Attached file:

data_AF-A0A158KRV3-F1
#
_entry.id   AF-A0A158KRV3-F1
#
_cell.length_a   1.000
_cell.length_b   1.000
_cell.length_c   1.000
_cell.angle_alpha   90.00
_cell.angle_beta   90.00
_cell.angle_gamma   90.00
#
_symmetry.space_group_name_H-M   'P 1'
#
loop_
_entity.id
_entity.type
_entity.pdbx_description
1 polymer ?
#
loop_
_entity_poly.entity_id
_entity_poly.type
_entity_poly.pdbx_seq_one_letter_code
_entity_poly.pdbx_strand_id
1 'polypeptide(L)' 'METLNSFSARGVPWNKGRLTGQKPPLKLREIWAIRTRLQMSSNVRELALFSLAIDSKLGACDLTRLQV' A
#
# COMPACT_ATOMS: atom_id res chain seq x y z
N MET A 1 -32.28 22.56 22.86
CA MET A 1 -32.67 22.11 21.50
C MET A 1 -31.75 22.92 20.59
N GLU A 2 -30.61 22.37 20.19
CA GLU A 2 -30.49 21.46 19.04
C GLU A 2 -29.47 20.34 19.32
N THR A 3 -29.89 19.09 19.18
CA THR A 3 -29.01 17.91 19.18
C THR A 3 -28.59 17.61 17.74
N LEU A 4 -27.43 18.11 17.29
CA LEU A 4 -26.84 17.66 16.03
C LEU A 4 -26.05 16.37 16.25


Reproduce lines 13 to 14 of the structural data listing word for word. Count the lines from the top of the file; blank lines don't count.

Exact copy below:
#
loop_